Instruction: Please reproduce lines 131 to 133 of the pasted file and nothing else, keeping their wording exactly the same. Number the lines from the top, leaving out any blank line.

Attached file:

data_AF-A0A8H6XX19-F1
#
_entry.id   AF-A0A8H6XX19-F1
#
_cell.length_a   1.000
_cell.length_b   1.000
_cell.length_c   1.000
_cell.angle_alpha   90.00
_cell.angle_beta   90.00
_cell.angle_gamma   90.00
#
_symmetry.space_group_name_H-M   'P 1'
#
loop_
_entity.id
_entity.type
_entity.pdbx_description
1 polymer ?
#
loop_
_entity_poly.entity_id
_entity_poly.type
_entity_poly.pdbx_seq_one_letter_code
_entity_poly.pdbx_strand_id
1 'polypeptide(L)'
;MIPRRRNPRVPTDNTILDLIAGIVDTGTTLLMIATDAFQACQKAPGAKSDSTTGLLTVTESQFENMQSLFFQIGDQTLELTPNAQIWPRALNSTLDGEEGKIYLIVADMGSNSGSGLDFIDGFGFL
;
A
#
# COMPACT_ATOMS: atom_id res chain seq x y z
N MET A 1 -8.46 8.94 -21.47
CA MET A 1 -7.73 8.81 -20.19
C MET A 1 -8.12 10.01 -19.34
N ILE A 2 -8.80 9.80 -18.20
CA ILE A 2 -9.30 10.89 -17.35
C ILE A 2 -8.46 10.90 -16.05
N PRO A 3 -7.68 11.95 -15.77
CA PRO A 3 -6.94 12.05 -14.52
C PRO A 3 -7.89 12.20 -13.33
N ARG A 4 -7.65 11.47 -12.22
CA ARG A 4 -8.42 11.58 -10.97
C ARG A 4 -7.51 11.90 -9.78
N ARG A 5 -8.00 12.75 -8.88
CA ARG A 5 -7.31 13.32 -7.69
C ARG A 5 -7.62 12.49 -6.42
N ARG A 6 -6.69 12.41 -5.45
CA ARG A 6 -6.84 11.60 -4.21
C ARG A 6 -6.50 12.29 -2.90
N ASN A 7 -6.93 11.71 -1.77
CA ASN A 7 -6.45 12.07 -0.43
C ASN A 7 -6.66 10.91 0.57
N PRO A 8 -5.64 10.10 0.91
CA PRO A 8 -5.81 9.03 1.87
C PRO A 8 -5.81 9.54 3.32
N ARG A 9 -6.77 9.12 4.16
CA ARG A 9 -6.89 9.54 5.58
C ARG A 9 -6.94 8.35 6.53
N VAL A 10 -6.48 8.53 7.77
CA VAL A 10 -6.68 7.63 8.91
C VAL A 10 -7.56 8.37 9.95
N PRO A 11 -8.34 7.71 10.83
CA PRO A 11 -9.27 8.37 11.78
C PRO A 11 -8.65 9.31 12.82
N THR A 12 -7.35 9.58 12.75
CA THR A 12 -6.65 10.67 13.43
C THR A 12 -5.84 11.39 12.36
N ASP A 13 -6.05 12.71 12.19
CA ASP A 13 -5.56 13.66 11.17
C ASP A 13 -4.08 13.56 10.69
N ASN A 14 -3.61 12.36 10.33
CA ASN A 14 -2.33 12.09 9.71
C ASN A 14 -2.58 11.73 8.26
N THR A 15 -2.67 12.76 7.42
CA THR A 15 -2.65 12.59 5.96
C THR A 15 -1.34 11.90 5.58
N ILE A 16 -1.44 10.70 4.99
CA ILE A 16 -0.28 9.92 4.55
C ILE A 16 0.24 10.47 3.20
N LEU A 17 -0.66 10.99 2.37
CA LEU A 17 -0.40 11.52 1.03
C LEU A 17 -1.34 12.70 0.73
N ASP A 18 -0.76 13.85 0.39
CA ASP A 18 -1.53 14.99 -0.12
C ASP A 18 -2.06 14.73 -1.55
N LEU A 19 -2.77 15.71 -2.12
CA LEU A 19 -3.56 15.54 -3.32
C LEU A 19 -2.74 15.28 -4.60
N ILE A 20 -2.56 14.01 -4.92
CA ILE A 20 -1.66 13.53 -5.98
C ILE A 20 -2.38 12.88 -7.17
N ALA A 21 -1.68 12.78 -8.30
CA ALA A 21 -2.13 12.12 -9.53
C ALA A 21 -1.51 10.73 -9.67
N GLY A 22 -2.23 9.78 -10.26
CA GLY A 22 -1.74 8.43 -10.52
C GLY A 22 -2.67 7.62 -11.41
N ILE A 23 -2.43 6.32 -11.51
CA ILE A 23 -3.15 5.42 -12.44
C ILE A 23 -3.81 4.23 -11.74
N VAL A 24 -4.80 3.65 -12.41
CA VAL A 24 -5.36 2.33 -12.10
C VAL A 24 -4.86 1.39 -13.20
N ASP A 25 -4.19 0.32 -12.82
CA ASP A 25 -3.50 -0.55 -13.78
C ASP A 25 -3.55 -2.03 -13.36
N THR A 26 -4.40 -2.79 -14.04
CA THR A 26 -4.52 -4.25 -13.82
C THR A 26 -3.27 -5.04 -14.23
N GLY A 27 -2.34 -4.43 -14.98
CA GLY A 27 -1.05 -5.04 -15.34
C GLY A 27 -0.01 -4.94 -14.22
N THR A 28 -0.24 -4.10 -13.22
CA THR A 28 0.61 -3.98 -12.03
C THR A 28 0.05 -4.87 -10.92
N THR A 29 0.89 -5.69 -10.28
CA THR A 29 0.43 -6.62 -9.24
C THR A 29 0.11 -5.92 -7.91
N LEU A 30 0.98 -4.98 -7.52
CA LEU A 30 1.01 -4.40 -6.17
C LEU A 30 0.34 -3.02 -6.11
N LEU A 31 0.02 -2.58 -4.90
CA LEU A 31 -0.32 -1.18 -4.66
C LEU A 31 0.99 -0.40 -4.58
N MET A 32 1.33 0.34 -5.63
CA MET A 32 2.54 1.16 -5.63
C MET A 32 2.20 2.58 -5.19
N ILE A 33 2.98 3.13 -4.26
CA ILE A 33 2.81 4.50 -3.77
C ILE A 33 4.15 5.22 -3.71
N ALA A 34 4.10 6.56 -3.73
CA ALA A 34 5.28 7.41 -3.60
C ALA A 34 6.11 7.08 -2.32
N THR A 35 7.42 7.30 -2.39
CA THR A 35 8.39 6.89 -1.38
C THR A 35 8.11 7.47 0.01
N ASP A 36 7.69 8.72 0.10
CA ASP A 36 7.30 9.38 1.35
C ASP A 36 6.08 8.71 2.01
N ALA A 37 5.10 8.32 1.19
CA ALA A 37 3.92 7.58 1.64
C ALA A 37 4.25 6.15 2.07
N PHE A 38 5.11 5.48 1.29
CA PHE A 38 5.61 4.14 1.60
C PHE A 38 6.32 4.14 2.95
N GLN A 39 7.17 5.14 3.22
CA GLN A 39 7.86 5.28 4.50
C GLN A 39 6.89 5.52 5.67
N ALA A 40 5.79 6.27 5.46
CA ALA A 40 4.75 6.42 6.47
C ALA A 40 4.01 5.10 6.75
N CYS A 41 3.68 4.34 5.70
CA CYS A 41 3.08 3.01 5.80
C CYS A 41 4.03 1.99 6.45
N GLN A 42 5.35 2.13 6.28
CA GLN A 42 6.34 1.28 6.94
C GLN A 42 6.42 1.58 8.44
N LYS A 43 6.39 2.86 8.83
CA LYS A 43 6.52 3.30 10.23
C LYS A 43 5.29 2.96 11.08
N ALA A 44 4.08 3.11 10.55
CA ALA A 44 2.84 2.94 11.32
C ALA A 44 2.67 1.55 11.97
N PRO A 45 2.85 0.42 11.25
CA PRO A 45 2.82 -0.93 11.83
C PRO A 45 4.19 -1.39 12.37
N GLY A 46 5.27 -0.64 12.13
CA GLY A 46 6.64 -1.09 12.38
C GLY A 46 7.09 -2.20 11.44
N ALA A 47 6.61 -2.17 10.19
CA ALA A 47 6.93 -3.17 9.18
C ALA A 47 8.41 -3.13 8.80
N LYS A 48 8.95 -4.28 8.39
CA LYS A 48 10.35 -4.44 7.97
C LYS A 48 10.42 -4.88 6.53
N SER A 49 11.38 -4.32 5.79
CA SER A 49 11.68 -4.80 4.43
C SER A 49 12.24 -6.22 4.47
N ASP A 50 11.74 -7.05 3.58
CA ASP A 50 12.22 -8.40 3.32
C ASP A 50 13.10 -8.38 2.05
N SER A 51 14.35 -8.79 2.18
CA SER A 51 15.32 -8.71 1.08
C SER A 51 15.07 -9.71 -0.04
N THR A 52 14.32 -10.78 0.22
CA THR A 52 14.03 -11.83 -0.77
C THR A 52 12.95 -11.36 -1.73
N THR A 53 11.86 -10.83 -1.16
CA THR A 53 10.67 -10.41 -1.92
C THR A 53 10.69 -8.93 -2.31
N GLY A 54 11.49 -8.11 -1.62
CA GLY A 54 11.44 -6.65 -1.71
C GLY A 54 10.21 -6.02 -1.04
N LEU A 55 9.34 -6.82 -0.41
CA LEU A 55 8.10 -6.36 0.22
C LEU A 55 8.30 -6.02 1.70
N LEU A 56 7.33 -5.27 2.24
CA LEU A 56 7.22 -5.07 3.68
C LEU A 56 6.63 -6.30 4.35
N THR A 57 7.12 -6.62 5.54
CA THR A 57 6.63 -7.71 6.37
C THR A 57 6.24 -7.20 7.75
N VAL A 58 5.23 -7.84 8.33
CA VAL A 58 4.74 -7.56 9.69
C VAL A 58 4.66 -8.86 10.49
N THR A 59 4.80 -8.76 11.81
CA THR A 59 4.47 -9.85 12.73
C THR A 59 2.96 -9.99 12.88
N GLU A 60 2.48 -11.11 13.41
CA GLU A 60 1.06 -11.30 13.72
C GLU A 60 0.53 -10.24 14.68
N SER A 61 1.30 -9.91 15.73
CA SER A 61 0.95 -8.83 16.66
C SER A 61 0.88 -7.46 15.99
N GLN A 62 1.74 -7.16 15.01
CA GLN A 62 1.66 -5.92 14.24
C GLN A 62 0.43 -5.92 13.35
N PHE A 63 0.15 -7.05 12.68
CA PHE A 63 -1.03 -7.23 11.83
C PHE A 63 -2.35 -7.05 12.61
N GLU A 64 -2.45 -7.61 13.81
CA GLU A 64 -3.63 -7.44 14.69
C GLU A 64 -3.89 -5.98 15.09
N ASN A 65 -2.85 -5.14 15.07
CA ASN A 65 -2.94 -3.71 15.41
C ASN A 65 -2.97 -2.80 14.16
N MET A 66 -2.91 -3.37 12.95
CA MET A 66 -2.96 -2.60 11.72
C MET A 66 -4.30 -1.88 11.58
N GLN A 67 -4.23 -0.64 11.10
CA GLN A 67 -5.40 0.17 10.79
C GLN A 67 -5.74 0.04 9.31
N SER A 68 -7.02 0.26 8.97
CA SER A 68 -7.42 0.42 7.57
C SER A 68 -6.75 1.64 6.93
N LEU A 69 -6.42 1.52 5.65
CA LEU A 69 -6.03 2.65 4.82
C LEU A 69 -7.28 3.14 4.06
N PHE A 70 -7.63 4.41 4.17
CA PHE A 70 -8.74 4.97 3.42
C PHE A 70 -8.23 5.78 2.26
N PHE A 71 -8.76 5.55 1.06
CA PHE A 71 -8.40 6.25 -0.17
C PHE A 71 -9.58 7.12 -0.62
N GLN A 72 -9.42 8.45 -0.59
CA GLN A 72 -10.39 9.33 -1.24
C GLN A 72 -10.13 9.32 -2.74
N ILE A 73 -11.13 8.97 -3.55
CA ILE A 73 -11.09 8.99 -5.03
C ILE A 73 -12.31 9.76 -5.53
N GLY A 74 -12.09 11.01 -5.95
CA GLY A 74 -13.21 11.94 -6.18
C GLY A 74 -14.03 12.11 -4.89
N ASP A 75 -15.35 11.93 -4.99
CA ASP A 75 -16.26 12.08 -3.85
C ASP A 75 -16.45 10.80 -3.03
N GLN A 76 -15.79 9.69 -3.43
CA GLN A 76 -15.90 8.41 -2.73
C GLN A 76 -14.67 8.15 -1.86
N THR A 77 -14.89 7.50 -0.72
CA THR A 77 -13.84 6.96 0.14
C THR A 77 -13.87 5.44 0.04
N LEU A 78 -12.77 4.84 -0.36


CA ALA A 34 5.28 7.41 -3.60
C ALA A 34 6.11 7.08 -2.32
N THR A 35 7.42 7.30 -2.39